Category: beings

Beings, review by Maria Mantaluta

I’ve asked Maria Mantaluta to write a small text about our 2015, Beings. And she was kind enough to see the film and wrote this amazing text. Its so wonderful to find people that understand and open to ones work. Thank you so much Maria for your kind and beautiful words.

you can find the whole text on her film blog
http://mariabiancam.coventry.domains/personal-notes/beings-2015-a-film-by-andrei-stefanescu/

you can see the full movie at
http://qualiafilm.com/blog/2015/02/15/beings-2015-indie-full-movie-eng-subs

Some films you follow, some films follow you. #Beings can easily fall in the second category of films which end up by following you for a while after watching it. It’s neither beautiful nor narrative. It is not everybody’s cup of tea; for some might be a whole kettle, while for others less than a cup. It might actually not even be a cup of tea. A dark atmospheric underground no-budget production, which proves once again that a film is more than polished visuals, special effects, and Hollywood stars, it is firstly a feeling, an experience, meaning exactly what lingers when narrative is erased from memory and images fade into colours.

Starting from a Eva, the film brings together a tormented love triangle, struggling with their own inner beings in an amalgam of guilt, love, lust, grief, loneliness, friendship, madness and absurdity which contours the human existence. Looking for and banishing each other at the same time, while looking for themselves, every character falls into its own interior world, trying to hide and escape their own anxieties. There is an uneasiness, a claustrophobic feeling of suffocation, an impossibility of breaking free. The film attracts its viewers and estranges them at the same time and with the same means. An hour of slow drowning, of diving into the most obscure and meaningless fears, an hour of industrial sound followed by crushing silence, which takes its passive viewers from Marie Claire to the desolate outskirts of Berlin.

Eva (Doro Hohn), Teo (Cătălin Jugravu), Ana (Andrea Christina Furrer) are just names in a hurricane of desperation and helplessness, each one enduring the guilt of the others’ suffering. No reason, no logic, no desire of going back to a once lost normality, probably; and love is not the solution as it usually is in a cliché of a world, but the trigger of irrationality itself. As I consider Andrzej Zulawski’s Cosmos (2015) to have a world of its own, which does not wait to be deciphered by its viewers, so does #Beings; the film does not try to explain itself, and it does not need to. The characters live in their own world, a world with no map, no directions.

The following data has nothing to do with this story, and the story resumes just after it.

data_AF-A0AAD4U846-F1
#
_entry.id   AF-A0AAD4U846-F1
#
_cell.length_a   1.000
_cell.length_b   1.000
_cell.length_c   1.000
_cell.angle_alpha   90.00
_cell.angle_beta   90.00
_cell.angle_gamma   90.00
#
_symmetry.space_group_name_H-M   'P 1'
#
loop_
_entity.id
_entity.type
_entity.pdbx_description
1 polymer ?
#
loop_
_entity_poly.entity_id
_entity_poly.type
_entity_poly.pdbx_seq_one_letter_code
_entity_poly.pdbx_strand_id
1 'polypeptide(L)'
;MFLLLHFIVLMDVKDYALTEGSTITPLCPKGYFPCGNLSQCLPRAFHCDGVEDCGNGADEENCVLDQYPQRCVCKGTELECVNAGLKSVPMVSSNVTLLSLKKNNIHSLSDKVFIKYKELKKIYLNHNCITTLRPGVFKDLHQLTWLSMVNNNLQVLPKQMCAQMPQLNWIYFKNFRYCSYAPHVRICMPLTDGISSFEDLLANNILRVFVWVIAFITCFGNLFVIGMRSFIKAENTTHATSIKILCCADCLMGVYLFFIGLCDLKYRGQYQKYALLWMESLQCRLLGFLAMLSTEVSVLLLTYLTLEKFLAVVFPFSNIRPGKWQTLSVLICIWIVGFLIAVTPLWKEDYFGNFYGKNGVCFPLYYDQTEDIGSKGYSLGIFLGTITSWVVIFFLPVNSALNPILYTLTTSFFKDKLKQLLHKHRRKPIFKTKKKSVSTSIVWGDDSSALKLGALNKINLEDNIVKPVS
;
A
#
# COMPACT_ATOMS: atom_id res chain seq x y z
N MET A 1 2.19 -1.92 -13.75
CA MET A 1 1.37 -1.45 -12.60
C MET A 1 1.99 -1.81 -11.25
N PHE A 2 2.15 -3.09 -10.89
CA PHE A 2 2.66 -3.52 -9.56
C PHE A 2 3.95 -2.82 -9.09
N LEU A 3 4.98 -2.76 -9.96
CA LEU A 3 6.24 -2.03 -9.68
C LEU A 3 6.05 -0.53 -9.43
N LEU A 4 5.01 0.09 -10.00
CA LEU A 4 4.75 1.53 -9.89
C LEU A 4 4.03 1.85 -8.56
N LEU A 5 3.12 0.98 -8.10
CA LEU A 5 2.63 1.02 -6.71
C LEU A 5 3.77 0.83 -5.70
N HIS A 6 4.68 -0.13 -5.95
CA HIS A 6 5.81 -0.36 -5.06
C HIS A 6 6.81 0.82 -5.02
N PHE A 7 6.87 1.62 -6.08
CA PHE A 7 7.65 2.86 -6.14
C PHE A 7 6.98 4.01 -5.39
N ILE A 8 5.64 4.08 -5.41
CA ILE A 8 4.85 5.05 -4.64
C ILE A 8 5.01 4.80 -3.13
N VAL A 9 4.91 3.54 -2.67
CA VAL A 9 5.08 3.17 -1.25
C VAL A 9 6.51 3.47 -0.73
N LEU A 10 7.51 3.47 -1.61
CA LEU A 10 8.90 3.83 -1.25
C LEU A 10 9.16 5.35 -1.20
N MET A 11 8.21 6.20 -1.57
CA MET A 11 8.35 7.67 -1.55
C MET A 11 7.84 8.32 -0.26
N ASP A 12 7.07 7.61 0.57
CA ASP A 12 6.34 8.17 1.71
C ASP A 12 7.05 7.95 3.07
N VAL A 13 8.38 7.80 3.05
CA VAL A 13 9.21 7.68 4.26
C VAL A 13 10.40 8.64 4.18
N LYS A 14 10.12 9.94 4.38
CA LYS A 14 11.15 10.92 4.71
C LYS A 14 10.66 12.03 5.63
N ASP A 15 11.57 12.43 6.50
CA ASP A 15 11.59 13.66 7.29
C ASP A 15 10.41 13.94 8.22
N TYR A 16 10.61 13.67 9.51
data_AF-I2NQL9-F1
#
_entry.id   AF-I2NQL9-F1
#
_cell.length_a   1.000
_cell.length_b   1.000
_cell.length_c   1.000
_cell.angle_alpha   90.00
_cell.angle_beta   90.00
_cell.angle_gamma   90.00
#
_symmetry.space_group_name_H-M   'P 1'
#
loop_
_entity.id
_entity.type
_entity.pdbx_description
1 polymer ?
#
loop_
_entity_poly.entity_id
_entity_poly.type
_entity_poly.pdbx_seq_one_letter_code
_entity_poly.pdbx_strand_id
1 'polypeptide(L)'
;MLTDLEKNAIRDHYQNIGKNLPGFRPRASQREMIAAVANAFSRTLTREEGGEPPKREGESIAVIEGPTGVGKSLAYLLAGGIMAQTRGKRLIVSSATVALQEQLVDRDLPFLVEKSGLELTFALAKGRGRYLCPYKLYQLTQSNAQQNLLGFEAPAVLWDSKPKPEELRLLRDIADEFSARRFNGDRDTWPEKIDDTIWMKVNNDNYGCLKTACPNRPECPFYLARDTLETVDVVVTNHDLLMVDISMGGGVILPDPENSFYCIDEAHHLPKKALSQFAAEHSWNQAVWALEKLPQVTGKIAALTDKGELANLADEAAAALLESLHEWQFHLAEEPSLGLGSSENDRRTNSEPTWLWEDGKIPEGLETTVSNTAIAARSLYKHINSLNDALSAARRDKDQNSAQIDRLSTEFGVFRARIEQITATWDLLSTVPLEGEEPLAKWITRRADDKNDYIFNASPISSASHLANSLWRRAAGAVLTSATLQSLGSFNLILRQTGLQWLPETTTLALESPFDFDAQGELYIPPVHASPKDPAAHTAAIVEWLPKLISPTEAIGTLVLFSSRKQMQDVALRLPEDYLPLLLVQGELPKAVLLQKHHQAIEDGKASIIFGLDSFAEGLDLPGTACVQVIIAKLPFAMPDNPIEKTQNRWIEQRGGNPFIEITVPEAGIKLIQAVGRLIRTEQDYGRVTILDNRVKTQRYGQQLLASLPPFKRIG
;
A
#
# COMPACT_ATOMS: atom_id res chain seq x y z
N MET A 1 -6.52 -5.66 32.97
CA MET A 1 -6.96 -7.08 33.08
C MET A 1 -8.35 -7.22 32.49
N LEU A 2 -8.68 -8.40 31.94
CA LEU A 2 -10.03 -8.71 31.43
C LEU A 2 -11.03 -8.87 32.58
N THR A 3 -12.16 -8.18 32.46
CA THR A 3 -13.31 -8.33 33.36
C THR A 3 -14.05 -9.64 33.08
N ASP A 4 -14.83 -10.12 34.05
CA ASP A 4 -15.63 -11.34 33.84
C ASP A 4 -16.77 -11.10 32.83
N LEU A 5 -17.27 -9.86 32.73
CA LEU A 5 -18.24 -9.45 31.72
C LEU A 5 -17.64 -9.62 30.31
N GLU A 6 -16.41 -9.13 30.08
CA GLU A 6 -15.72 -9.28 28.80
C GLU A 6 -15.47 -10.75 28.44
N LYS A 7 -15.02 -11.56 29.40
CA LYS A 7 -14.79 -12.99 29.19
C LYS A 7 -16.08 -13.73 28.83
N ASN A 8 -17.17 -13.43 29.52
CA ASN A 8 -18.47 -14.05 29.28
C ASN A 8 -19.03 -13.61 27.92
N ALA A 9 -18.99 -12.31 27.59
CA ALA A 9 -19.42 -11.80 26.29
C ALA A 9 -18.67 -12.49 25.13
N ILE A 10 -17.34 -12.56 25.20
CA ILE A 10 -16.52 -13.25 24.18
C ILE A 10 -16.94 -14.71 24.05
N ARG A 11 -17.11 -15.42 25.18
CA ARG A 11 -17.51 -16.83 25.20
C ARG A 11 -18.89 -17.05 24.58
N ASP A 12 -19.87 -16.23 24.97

#Beings gives no glimpses of a so-called normality, no light, no warmth, and once you start watching it you find yourself caught in a foggy loop as strange as it is familiar, through the clew of emotions and expressions it depicts, and which are nevertheless deeply and indisputable human. A poem of greyish images, the 53 minutes are a route from tense trepidation to quiet stillness. All the quick shots in the beginning, the long takes of the human body, Ana’s burdened gaze, and Eva’s cries for help melt into the static image of the sun setting over the industrial remains of something which was long forgotten.

Beings, review by Morgan Shnier

A breathtaking review by Morgan Shnier
https://www.linkedin.com/in/morganshnier

The 2015 film #Beings, Andrei Stefanescu’s second feature, is a partially experimental, partially narrative cinematic reflection on guilt, beauty, and obligation. The film tells the story of Eva (Doro Höhn), her estranged lover Teo (Catalin Jugravu), and their mutual friend Ana (Andrea Christina Furrer) who attempts to support the two as each falls into madness and melancholy. After Eva suffers a seizure, Teo kicks her out in a rage. Despite Eva’s efforts, they fail to reconcile, and Eva breaks down over the imperfections she sees in herself, imperfections that she believes prevent Teo from loving her. At the same time, Teo begins to mentally and physically break down. Ana, stretched between her friendship with Eva and her own love for Teo, attempts to help both of them, but is unsuccessful. Eva, wanting to escape her own skin, instead escapes from city life, at least for a moment, by lighting out alone into a decaying industrial wasteland, facing west toward the setting sun.